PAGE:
Teaching Your Kids About Money

It’s not too early to teach your children about money. Working with them early to build a healthy attitude and habits with money will help make sure they know how to manage money later in life. With children being home, and plans for a virtual school year, this might even be the perfect time to get started with the money lessons. Sounds like a great bonus elective to me. 

 

It’s common among many families across the country to not talk about money. Parents find themselves trying to protect their children from having to deal with the stress and burden of money or their experience with money and managing finances prevent them from wanting to discuss it. 

 

Not only do young people not get adequate money lessons at home but also, learning about money has not been fully implemented into curriculums. According to a 2020 report by the Council for Economic Education, less than 17% of high school students are required to take a personal finance course. However, there are some states that have made personal finance education a requirement to graduate. Although 21 states claim to require financial education, fewer states (6) have requirements that could make a difference on how much students learn about finances. 

 

Learning starts at home. According to a 2018 PBS article, children can grasp money concepts as early as the age of three. Also keep in mind that our behaviors are passed onto our children. So even if we aren’t pulling out a stack of finance flashcards to school them, we are still teaching them how to think about, respond to, and feel about money. Before you get started, take inventory of the money thoughts that you adopted early in life. 

 

Here are some pointers to help guide you as you prepare to teach your children about finances. 

 

Lead by example

If you have children, you’ve noticed how important it is to be mindful of what we do and say in front of children because they’ll imitate everything. They soak up their environmental cues and at some point give it all right back to us. So lead by example when it comes to teaching kids about money. For example use a budget and let it be known, stay focused on your family’s priorities, save, invest, and make it a point to have impactful and age appropriate conversations about it with your children.

 

Teach them the fundamentals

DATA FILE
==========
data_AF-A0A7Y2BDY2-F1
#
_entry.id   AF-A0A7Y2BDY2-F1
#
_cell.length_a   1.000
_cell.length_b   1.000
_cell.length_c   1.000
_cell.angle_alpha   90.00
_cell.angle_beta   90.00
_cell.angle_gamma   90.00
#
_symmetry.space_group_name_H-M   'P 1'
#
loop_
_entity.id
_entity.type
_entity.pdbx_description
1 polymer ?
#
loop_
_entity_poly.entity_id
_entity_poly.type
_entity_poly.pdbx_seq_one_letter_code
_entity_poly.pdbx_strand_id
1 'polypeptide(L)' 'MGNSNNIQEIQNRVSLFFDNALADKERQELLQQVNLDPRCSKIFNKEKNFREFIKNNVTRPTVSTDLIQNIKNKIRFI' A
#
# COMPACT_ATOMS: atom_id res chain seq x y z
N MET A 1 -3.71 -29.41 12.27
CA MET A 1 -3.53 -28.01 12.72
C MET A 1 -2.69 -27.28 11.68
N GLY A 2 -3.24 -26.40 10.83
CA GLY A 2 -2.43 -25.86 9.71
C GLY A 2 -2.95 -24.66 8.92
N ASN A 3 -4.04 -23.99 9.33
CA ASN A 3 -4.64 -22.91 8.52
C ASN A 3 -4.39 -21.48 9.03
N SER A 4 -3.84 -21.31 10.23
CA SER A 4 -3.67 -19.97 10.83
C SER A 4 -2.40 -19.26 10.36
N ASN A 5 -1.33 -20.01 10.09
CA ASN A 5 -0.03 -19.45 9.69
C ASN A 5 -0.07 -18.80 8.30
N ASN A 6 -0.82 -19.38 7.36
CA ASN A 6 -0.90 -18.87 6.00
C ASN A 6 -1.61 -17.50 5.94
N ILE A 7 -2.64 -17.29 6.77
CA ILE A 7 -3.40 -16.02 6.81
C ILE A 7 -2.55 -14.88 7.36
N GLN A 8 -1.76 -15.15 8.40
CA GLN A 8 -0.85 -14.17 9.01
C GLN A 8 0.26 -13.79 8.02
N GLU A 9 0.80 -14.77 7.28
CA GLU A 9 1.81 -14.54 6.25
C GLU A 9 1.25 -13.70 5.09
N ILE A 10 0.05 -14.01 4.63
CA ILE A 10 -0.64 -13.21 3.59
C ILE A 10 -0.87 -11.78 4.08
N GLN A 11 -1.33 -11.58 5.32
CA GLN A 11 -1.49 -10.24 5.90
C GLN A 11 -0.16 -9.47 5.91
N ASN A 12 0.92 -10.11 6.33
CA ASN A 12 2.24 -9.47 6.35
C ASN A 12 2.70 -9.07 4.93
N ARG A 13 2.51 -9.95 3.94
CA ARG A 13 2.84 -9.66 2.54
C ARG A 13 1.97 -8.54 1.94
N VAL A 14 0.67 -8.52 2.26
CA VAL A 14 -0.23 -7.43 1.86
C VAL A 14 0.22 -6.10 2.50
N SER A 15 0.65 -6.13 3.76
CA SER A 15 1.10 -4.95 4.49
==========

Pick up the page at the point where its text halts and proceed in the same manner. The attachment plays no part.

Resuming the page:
Teach them about the different ways in which people earn money, why saving is important, and creating a budget. In addition to talking about these topics, find ways to apply them. For example consider paying them for additional chores, encourage them to create a business, open a savings account in their name and include them in the process, and guide them through the process of creating a budget.

 

Teach them to want to learn more

Encourage them to seek knowledge and to understand the value of lifelong learning. As they grow through the phases of life it’s important that they understand their priorities may shift and their financial needs will evolve. Show them how to find the answers to the questions they may have and why it’s always important to learn more. Help them see the value in continuing to learn about money and finances.

 

Teach them about consequences and goal setting 

Helping them understand that there are consequences for every choice will be essential to helping them develop good money habits and seeing the alignment in how they help them reach their financial goals.

 

Developing financial literacy and healthy money habits to sustain you through life starts early. We can afford our children better opportunities by making time to share knowledge with them now and fostering their growth over the years. The MoCaFi app and Blog are great sources of information for helping you make better financial decisions and finding access to other resources that can help you spend smart, build credit, and do you. Check back regularly for tips and information to help you and your family along the way.

 

 

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